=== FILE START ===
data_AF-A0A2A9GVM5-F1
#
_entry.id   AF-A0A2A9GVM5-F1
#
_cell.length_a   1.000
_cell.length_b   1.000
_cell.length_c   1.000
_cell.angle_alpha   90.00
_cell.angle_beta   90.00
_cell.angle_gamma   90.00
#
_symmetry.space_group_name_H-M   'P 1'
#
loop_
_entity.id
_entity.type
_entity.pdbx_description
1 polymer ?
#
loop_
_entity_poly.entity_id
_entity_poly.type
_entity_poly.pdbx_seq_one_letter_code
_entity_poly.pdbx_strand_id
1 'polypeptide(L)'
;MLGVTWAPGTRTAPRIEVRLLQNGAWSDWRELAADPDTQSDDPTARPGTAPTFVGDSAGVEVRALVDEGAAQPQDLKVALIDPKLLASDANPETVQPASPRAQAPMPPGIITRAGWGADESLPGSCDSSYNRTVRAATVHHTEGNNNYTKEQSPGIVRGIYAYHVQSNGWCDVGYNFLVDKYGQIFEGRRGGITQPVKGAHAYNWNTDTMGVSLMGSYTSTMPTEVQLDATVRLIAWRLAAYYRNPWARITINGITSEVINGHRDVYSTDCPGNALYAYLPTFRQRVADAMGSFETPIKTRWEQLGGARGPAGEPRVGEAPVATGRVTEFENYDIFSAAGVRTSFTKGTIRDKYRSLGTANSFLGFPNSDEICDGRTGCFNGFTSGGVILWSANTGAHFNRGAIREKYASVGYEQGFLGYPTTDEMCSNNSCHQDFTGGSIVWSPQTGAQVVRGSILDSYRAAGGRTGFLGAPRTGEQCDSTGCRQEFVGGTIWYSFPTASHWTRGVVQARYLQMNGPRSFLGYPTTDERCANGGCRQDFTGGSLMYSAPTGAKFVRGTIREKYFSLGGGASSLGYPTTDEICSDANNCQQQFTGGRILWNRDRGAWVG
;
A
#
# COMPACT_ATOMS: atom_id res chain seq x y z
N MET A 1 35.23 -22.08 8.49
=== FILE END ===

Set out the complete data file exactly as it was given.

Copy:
data_AF-A0A2A9GVM5-F1
#
_entry.id   AF-A0A2A9GVM5-F1
#
_cell.length_a   1.000
_cell.length_b   1.000
_cell.length_c   1.000
_cell.angle_alpha   90.00
_cell.angle_beta   90.00
_cell.angle_gamma   90.00
#
_symmetry.space_group_name_H-M   'P 1'
#
loop_
_entity.id
_entity.type
_entity.pdbx_description
1 polymer ?
#
loop_
_entity_poly.entity_id
_entity_poly.type
_entity_poly.pdbx_seq_one_letter_code
_entity_poly.pdbx_strand_id
1 'polypeptide(L)'
;MLGVTWAPGTRTAPRIEVRLLQNGAWSDWRELAADPDTQSDDPTARPGTAPTFVGDSAGVEVRALVDEGAAQPQDLKVALIDPKLLASDANPETVQPASPRAQAPMPPGIITRAGWGADESLPGSCDSSYNRTVRAATVHHTEGNNNYTKEQSPGIVRGIYAYHVQSNGWCDVGYNFLVDKYGQIFEGRRGGITQPVKGAHAYNWNTDTMGVSLMGSYTSTMPTEVQLDATVRLIAWRLAAYYRNPWARITINGITSEVINGHRDVYSTDCPGNALYAYLPTFRQRVADAMGSFETPIKTRWEQLGGARGPAGEPRVGEAPVATGRVTEFENYDIFSAAGVRTSFTKGTIRDKYRSLGTANSFLGFPNSDEICDGRTGCFNGFTSGGVILWSANTGAHFNRGAIREKYASVGYEQGFLGYPTTDEMCSNNSCHQDFTGGSIVWSPQTGAQVVRGSILDSYRAAGGRTGFLGAPRTGEQCDSTGCRQEFVGGTIWYSFPTASHWTRGVVQARYLQMNGPRSFLGYPTTDERCANGGCRQDFTGGSLMYSAPTGAKFVRGTIREKYFSLGGGASSLGYPTTDEICSDANNCQQQFTGGRILWNRDRGAWVG
;
A
#
# COMPACT_ATOMS: atom_id res chain seq x y z
N MET A 1 35.23 -22.08 8.49